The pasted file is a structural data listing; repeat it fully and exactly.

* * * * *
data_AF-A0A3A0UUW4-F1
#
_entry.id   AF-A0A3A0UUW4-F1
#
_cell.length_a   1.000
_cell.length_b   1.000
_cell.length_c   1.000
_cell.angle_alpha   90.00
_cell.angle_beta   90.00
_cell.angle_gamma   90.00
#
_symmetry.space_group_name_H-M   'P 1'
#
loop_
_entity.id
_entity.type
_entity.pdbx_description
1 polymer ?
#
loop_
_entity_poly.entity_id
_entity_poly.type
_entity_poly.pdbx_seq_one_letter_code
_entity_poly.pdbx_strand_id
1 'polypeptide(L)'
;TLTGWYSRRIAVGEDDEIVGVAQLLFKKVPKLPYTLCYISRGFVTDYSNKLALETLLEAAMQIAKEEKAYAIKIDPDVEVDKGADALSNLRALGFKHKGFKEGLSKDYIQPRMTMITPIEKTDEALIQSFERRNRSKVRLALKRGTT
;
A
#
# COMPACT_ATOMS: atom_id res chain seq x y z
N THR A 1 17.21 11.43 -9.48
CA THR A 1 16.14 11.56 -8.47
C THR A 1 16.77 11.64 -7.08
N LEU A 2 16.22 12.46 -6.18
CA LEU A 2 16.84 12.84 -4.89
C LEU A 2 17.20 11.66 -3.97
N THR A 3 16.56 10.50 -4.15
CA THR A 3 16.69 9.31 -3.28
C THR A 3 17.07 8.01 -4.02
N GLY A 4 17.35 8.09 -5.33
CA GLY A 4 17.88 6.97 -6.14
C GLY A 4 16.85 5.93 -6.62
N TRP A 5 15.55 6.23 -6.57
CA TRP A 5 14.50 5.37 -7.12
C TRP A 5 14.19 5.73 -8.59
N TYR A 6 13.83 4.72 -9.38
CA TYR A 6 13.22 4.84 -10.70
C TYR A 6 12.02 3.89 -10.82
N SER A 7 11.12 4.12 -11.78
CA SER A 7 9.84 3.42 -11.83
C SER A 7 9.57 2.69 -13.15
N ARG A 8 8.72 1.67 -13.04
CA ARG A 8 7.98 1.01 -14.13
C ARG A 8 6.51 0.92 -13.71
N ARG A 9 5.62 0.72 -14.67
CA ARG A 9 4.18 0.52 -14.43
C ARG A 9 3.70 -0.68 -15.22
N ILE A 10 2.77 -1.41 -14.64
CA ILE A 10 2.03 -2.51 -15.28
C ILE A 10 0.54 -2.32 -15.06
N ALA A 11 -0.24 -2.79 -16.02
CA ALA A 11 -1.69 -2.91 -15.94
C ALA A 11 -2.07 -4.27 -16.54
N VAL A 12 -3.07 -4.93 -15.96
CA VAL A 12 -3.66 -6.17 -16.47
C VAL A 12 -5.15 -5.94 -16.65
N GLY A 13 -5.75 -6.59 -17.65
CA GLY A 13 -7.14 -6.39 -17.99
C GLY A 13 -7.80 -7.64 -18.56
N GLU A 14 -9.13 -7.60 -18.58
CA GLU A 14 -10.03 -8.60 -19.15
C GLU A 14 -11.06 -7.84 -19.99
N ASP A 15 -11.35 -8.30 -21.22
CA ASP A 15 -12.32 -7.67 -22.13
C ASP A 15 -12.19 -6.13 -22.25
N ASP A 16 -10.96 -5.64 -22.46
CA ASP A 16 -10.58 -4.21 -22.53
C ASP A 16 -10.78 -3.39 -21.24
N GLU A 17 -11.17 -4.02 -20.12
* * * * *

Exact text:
data_AF-A0A3A0UUW4-F1
#
_entry.id   AF-A0A3A0UUW4-F1
#
_cell.length_a   1.000
_cell.length_b   1.000
_cell.length_c   1.000
_cell.angle_alpha   90.00
_cell.angle_beta   90.00
_cell.angle_gamma   90.00
#
_symmetry.space_group_name_H-M   'P 1'
#
loop_
_entity.id
_entity.type
_entity.pdbx_description
1 polymer ?
#
loop_
_entity_poly.entity_id
_entity_poly.type
_entity_poly.pdbx_seq_one_letter_code
_entity_poly.pdbx_strand_id
1 'polypeptide(L)'
;TLTGWYSRRIAVGEDDEIVGVAQLLFKKVPKLPYTLCYISRGFVTDYSNKLALETLLEAAMQIAKEEKAYAIKIDPDVEVDKGADALSNLRALGFKHKGFKEGLSKDYIQPRMTMITPIEKTDEALIQSFERRNRSKVRLALKRGTT
;
A
#
# COMPACT_ATOMS: atom_id res chain seq x y z
N THR A 1 17.21 11.43 -9.48
CA THR A 1 16.14 11.56 -8.47
C THR A 1 16.77 11.64 -7.08
N LEU A 2 16.22 12.46 -6.18
CA LEU A 2 16.84 12.84 -4.89
C LEU A 2 17.20 11.66 -3.97
N THR A 3 16.56 10.50 -4.15
CA THR A 3 16.69 9.31 -3.28
C THR A 3 17.07 8.01 -4.02
N GLY A 4 17.35 8.09 -5.33
CA GLY A 4 17.88 6.97 -6.14
C GLY A 4 16.85 5.93 -6.62
N TRP A 5 15.55 6.23 -6.57
CA TRP A 5 14.50 5.37 -7.12
C TRP A 5 14.19 5.73 -8.59
N TYR A 6 13.83 4.72 -9.38
CA TYR A 6 13.22 4.84 -10.70
C TYR A 6 12.02 3.89 -10.82
N SER A 7 11.12 4.12 -11.78
CA SER A 7 9.84 3.42 -11.83
C SER A 7 9.57 2.69 -13.15
N ARG A 8 8.72 1.67 -13.04
CA ARG A 8 7.98 1.01 -14.13
C ARG A 8 6.51 0.92 -13.71
N ARG A 9 5.62 0.72 -14.67
CA ARG A 9 4.18 0.52 -14.43
C ARG A 9 3.70 -0.68 -15.22
N ILE A 10 2.77 -1.41 -14.64
CA ILE A 10 2.03 -2.51 -15.28
C ILE A 10 0.54 -2.32 -15.06
N ALA A 11 -0.24 -2.79 -16.02
CA ALA A 11 -1.69 -2.91 -15.94
C ALA A 11 -2.07 -4.27 -16.54
N VAL A 12 -3.07 -4.93 -15.96
CA VAL A 12 -3.66 -6.17 -16.47
C VAL A 12 -5.15 -5.94 -16.65
N GLY A 13 -5.75 -6.59 -17.65
CA GLY A 13 -7.14 -6.39 -17.99
C GLY A 13 -7.80 -7.64 -18.56
N GLU A 14 -9.13 -7.60 -18.58
CA GLU A 14 -10.03 -8.60 -19.15
C GLU A 14 -11.06 -7.84 -19.99
N ASP A 15 -11.35 -8.30 -21.22
CA ASP A 15 -12.32 -7.67 -22.13
C ASP A 15 -12.19 -6.13 -22.25
N ASP A 16 -10.96 -5.64 -22.46
CA ASP A 16 -10.58 -4.21 -22.53
C ASP A 16 -10.78 -3.39 -21.24
N GLU A 17 -11.17 -4.02 -20.12